The former sales director of Huawei and former Polish military intelligence member are currently on trial in Poland. The men are accused of spying and gathering sensitive data. After two years of investigation, the prosecutor’s office finally filled the official charges against the company’s employee and the trial got underway at the beginning of June.
Wang Weijing is accused of gathering classified information and trying to influence Polish authorities in Warsaw. According to the charges, the Wang was able to recruit Piotr Durbajlo, a former Internal Security Agency (ABW) officer who was reportedly then on staff at the Military Technical Academy (WAT) in Warsaw. The former ABW officer allegedly helped Wang by providing information. Both men pleaded not guilty before the court on 1 June.
In the early 2000s Wang had studied Polish at the School of Polish for Foreigners at the University of Łódź and had previously worked at the General Consulate of People’s Republic of China in Gdańsk for four and a half years before later joining Huawei.
The case is important as it may impact on current efforts to select a company to constructed a 5G network in Poland. The Polish administration has not decided on the main contractor for the construction yet. Huawei is one of the contestants in the tender but the Chinese electronics manufacturer is already under pressure from the US due to sanctions placed by the White House. Wang stated in a written response to questions from Reuters that: “5G was pretty much out of the scope of my interests. 5G was not a part of my business KPI (Key Performance Index). I learned the industry’s trends and status, but I was not responsible for that part of business.”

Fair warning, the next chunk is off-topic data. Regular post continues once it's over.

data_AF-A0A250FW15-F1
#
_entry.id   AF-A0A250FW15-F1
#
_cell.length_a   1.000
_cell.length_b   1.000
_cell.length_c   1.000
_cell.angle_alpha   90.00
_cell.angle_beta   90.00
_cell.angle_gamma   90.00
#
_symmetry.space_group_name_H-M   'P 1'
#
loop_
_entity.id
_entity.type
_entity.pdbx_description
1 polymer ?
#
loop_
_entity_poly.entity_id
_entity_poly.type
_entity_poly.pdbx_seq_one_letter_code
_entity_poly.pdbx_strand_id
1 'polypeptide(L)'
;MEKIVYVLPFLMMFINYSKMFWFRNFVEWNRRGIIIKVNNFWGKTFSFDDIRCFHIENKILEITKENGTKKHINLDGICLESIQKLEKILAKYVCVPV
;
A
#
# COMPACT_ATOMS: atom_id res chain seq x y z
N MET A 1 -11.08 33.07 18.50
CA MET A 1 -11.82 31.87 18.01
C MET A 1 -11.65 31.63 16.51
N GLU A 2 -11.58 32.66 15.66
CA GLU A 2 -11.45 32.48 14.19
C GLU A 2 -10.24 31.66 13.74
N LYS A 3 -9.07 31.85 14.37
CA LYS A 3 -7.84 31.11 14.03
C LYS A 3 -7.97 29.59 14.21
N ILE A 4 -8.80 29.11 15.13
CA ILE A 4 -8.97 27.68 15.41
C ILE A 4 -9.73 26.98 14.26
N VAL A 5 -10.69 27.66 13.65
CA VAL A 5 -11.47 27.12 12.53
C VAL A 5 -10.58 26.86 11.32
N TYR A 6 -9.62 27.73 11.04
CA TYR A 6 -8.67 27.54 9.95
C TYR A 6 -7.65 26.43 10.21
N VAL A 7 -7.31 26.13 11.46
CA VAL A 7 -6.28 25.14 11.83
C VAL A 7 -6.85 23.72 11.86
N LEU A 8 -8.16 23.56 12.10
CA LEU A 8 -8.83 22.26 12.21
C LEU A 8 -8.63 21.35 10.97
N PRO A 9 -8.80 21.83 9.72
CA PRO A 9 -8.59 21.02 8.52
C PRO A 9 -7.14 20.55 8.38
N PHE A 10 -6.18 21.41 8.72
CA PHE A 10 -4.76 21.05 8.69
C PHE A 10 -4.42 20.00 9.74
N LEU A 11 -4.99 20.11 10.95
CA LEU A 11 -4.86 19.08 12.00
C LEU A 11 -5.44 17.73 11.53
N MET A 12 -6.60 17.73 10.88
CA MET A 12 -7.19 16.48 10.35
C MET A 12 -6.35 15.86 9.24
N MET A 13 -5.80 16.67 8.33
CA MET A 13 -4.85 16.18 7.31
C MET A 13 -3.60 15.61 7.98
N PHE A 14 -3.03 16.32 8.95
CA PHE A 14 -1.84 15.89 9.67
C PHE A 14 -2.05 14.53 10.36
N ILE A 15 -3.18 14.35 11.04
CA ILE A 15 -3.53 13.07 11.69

The fears over network safety grow as Huwaei and other Chinese companies are accused of collecting personal data and installing spy software on their devices. In this particular case, the Chinese offer for the construction of the new communication network in Poland might be rejected as the Poles belong to NATO and actively seek cooperation with the United States.
Whether Wang Weijing will be found guilty or not, the trial is a huge blow to the company’s image and the mutual trust between Warsaw and Beijing. The trial leaves many questions over the extent of the Chinese intelligence operations in Poland and the vulnerability of national security. This last concern is raised by various experts since the dissolution of the Military Intelligence Service (WSI), in 2007 by Antoni Macierewicz, and the publication of WSI agents personal data in the process. Patience will be key as the trial slowly unfolds before the Polish court and their is no date yet set for the final verdict.